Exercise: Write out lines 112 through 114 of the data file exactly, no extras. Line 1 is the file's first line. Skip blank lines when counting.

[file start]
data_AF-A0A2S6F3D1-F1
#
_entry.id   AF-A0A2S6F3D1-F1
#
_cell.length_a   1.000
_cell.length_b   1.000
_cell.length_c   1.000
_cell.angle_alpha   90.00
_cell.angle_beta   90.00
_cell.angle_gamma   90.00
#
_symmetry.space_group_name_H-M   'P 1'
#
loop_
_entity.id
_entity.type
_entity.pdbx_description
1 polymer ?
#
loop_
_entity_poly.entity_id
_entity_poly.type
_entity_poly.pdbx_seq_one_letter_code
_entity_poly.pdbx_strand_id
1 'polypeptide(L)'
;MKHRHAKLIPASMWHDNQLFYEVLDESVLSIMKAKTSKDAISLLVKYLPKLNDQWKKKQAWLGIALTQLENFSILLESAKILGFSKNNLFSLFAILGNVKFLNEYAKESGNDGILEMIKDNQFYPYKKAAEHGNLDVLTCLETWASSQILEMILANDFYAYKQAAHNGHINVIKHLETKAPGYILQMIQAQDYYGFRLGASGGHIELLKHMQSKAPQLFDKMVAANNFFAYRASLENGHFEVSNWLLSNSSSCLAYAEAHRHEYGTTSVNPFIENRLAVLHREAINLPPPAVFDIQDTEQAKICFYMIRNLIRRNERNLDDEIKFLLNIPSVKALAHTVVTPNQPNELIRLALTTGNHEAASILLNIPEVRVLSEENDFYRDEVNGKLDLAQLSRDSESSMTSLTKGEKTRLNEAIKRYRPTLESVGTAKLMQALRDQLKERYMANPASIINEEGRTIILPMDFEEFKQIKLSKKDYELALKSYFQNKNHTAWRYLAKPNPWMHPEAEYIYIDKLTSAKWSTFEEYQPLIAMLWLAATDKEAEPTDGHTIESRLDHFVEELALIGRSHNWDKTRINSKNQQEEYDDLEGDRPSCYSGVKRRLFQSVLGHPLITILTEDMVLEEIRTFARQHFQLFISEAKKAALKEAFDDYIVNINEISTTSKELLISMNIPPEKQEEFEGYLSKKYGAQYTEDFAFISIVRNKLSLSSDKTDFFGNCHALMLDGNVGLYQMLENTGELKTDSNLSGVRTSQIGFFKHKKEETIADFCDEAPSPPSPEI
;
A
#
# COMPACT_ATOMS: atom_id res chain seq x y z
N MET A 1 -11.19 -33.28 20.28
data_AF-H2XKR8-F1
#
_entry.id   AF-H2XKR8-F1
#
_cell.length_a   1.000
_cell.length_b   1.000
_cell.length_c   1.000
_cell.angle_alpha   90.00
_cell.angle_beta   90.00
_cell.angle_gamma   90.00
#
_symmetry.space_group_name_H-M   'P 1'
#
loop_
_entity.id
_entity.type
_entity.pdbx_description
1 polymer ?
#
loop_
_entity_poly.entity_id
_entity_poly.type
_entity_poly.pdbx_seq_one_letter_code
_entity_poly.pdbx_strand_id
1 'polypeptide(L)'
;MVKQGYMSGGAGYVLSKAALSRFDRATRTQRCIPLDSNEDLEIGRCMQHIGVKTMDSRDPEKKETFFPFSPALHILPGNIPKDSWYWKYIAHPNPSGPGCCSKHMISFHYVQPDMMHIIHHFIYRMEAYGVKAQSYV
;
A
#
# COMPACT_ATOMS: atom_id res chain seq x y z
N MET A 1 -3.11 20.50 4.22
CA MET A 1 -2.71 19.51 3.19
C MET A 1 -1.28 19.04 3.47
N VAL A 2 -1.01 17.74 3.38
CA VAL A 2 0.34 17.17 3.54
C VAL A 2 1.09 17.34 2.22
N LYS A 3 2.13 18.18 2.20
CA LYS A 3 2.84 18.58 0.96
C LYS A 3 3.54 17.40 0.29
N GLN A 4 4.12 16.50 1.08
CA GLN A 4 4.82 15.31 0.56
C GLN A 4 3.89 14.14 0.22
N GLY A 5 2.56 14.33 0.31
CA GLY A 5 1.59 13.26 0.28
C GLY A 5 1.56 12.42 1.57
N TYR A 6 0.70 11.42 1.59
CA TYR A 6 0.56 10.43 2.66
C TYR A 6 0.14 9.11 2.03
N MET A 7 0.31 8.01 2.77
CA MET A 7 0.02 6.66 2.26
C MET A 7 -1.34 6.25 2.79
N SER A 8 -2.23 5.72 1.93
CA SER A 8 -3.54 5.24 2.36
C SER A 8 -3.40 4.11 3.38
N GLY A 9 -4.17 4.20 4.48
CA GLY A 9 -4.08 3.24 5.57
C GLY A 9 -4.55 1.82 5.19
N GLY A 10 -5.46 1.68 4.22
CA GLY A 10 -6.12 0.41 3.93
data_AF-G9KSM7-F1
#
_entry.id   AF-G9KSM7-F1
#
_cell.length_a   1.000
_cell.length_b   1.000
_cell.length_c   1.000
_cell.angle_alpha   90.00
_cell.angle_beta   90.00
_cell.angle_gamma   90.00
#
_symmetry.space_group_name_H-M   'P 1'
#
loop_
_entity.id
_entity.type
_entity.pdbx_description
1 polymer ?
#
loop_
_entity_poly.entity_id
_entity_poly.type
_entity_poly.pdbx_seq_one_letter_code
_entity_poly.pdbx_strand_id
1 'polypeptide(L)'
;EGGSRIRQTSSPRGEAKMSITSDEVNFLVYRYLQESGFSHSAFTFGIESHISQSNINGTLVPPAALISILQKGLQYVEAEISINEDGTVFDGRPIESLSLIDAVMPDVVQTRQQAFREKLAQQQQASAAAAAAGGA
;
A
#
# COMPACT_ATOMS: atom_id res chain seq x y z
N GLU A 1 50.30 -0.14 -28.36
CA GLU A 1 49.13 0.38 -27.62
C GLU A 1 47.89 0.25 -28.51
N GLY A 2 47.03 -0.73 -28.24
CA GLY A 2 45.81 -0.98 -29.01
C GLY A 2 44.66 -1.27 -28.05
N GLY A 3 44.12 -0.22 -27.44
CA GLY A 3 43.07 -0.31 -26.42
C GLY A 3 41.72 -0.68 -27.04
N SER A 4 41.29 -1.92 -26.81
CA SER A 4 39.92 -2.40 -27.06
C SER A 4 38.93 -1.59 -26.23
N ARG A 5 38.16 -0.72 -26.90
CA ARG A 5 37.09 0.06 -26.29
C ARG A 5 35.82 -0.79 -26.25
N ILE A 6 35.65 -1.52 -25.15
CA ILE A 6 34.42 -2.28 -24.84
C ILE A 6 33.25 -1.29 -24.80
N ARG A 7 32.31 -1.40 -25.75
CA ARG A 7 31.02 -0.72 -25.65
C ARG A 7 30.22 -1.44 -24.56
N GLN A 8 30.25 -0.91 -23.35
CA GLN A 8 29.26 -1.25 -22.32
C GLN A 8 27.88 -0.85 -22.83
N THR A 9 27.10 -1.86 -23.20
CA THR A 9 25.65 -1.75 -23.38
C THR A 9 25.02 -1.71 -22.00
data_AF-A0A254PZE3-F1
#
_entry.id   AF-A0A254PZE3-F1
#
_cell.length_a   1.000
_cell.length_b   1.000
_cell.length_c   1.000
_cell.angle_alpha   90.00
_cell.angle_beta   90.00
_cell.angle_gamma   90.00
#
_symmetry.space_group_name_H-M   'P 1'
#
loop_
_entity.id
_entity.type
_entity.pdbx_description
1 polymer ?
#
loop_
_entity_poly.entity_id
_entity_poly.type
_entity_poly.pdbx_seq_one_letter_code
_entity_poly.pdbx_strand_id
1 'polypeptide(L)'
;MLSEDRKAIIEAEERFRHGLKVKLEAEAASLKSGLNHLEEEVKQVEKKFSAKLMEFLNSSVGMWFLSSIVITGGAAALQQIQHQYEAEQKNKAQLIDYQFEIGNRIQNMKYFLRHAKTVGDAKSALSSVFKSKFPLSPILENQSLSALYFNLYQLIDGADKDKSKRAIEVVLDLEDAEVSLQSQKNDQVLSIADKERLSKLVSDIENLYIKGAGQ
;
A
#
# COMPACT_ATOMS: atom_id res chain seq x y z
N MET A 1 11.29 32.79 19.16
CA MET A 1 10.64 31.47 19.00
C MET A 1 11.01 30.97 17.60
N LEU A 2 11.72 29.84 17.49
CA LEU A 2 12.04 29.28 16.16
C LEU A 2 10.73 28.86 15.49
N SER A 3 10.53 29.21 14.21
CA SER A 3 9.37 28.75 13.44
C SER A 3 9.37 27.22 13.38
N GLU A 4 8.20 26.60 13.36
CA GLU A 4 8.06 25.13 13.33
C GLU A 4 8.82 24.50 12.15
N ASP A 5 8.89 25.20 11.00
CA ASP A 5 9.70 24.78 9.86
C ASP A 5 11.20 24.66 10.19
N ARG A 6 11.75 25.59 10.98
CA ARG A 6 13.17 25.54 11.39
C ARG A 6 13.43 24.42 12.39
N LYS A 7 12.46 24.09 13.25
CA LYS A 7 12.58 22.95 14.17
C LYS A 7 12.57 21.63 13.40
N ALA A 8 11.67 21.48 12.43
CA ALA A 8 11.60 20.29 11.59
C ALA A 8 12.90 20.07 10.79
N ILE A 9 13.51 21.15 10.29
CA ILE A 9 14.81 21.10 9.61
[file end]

_entity_poly.type
_entity_poly.pdbx_seq_one_letter_code
_entity_poly.pdbx_strand_id